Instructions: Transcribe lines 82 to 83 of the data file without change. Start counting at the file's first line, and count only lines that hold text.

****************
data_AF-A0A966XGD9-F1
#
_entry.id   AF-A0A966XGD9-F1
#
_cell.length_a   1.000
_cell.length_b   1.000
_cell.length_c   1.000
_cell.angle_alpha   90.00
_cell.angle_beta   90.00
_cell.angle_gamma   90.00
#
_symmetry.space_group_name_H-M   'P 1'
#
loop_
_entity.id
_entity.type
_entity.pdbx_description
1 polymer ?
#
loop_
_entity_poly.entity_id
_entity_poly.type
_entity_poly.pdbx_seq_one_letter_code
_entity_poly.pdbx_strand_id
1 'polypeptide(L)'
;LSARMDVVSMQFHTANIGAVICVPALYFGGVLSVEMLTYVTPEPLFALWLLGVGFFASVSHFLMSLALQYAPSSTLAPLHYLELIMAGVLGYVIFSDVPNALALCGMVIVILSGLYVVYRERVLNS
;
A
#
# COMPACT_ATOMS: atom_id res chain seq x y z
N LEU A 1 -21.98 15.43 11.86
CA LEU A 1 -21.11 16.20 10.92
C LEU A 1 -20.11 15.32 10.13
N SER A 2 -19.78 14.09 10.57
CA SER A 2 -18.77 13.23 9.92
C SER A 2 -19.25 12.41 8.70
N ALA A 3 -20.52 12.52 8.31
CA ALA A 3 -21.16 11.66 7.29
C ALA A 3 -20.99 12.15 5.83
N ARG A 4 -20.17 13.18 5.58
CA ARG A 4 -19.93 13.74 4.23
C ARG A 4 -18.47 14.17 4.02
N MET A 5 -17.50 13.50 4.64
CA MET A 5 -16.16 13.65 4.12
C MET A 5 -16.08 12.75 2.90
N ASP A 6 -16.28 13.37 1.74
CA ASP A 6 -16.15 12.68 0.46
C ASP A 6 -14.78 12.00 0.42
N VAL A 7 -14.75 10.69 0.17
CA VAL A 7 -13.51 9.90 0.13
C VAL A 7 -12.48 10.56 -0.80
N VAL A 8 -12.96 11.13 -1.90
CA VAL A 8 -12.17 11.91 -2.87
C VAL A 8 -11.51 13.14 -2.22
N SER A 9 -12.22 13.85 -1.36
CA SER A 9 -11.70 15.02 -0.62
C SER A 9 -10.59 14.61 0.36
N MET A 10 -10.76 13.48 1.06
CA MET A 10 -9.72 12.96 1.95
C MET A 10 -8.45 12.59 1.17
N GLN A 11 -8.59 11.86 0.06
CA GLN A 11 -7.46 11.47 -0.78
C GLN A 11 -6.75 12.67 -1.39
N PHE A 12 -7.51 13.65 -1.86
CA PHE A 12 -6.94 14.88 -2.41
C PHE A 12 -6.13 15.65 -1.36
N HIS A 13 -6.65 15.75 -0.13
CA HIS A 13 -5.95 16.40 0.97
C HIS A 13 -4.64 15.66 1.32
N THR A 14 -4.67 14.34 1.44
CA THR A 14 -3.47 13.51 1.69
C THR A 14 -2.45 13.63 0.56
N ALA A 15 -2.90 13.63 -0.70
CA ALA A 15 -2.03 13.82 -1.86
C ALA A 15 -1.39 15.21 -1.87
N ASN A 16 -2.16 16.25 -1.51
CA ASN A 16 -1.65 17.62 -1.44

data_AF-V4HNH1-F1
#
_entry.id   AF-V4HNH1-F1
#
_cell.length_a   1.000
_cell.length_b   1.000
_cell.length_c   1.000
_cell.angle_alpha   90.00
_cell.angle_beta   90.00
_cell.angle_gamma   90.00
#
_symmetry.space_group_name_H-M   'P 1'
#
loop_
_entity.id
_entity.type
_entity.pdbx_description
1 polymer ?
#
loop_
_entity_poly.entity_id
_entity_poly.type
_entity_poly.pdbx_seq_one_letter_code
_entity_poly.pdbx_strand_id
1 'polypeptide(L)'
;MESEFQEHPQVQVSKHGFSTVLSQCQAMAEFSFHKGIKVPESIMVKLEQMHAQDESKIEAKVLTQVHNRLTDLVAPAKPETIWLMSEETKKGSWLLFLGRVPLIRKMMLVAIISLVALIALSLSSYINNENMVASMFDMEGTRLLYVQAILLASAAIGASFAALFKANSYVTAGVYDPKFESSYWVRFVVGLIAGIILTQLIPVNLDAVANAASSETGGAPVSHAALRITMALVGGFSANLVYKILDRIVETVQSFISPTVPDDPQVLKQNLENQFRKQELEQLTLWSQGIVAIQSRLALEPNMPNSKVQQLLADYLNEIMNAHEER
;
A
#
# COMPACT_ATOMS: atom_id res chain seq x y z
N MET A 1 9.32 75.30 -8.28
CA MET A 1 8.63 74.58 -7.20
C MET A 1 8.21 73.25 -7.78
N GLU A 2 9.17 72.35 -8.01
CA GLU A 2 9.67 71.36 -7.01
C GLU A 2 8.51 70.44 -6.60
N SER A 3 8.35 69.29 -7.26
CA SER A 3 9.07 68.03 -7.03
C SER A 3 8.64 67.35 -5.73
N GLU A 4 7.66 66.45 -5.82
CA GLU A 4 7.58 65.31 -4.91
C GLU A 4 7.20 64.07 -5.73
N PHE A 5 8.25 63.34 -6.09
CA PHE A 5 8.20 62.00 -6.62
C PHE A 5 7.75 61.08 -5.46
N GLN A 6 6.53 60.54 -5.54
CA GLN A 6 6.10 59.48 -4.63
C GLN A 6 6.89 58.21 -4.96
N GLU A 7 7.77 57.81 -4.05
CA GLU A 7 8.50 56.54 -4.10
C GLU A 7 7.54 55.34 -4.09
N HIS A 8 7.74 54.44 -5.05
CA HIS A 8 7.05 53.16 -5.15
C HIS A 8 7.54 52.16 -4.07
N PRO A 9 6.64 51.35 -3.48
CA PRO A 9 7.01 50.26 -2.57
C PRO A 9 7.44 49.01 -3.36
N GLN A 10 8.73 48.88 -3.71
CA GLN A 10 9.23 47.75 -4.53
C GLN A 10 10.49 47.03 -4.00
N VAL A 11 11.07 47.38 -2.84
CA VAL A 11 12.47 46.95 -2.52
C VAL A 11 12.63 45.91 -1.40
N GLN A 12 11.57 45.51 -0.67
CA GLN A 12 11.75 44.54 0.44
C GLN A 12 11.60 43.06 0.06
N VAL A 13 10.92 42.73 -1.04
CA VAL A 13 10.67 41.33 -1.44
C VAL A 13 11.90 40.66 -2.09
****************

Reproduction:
_cell.length_a   1.000
_cell.length_b   1.000